Flip - Flip first appeared in American taverns around 1690. This popular mix varied in name and ingredients, but basically consisted of a rum, beaten egg and molasses (or dried pumpkin) mix to which warm beer and nutmeg was added.

Stonefence - A Stonefence was a simple mixture of rum and hard cider with perhaps a bit of spice added to the surface of the mixed drink.

Rattleskull - Rattleskull, as its name implies, was a very strong drink made from rum, beer and brandy. Take an even mixture of brandy and rum and then add this to an equivalent amount of stout beer and now you have your basis for Rattleskull. Mix in a little lime juice and top it off with a garnish of spice and this powerful drink is complete.

Syllabub - Syllabub was a popular colonial drink made from cream, wine and spices. It was served cold and special sets of ornate bowls and glasses were used to serve the mixture.

Whiskey Replaces Rum

Before the American Revolution rum was the hard liquor of major importance. However, once the war started, British blockcaders prevented the shipment of raw materials (molasses and sugar) that were needed to make rum. As a result whiskey got a big boost. Grain to make this liquor could be grown locally and a homemade still could be easily put together to make a passable homemade whiskey.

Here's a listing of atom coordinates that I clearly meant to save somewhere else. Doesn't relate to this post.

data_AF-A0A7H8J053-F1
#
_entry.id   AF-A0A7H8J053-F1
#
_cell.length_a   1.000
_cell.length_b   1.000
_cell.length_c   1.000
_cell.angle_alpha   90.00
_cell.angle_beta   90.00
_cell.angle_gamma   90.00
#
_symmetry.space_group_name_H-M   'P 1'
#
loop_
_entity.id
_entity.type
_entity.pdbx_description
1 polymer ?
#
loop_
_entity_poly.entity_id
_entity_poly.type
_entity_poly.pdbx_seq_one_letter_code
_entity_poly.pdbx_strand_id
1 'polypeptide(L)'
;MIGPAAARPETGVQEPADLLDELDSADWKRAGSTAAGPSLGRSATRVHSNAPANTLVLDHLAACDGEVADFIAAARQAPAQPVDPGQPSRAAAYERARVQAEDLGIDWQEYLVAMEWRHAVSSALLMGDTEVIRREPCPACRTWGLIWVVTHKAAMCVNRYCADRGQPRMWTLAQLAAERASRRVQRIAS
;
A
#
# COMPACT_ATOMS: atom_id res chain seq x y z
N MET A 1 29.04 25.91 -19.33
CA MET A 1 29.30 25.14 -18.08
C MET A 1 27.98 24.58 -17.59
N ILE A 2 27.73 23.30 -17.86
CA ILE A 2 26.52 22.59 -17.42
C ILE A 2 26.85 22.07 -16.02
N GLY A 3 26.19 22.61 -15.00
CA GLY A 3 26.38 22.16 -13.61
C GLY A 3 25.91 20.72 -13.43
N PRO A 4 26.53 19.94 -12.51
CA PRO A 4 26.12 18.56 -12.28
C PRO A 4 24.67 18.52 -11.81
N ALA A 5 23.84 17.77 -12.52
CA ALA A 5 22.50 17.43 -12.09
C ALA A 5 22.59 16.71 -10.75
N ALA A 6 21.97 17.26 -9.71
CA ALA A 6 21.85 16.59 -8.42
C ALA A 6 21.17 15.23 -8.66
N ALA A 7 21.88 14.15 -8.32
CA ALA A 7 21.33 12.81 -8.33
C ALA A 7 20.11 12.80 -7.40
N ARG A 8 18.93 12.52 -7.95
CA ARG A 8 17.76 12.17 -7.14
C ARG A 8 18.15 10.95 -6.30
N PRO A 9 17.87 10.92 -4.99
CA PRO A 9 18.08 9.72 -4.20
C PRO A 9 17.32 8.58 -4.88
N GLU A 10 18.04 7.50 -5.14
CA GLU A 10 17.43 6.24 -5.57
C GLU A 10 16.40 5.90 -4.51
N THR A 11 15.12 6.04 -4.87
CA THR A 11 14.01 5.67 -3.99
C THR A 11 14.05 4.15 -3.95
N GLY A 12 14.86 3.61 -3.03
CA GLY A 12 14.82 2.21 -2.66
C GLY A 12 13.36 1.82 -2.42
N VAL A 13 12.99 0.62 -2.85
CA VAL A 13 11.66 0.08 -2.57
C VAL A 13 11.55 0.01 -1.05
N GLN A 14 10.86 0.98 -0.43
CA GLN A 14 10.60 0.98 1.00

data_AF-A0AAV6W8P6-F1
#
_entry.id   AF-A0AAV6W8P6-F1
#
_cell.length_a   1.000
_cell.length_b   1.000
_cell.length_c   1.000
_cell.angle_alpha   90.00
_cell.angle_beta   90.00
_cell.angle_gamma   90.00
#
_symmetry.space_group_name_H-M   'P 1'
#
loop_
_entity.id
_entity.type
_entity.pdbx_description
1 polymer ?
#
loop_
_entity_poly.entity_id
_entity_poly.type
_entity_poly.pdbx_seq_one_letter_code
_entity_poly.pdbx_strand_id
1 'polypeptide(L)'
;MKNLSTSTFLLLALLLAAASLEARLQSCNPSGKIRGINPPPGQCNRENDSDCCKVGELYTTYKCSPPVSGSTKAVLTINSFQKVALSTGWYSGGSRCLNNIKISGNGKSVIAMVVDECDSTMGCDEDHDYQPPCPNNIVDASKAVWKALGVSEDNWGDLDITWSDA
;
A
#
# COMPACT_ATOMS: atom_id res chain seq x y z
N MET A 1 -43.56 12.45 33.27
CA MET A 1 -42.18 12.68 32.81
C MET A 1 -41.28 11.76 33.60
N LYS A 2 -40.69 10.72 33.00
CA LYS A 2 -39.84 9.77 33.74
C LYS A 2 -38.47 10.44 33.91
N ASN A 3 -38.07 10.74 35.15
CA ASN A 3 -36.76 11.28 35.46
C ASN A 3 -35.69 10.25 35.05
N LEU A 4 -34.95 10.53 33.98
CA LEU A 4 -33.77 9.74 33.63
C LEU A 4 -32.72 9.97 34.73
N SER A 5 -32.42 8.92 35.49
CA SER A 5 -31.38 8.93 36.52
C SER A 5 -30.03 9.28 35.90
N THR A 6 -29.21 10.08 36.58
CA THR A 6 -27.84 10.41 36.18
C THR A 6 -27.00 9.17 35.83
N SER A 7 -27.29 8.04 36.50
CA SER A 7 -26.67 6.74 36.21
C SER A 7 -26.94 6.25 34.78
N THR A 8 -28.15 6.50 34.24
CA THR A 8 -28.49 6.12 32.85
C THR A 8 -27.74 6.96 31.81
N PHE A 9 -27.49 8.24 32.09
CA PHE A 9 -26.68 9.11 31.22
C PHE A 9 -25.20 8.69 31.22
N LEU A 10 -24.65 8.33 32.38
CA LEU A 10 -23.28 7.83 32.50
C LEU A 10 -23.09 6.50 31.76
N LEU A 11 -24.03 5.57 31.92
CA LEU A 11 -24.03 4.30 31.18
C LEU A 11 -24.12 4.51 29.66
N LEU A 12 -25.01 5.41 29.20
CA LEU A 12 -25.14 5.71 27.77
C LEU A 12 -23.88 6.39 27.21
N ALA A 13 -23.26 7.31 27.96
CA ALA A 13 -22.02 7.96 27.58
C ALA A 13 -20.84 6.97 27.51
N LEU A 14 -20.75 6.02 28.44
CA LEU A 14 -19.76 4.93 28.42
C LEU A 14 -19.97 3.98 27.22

Once the war ended, the production and consumption of whiskey grew rapidly. So much that when George Washington left the presidency, he returned to his home in Mt. Vernon, Virginia and promptly went into distilling business. Soon, the distillery was the largest such operation in Virginia. At its peak, the operation was producing 11,000 gallons of whiskey a year.

George Washington at Mount Vernon

George Washington receiving French generals at Mount Vernon. U.S. Archives image
George Washington receiving French generals at Mount Vernon. U.S. Archives image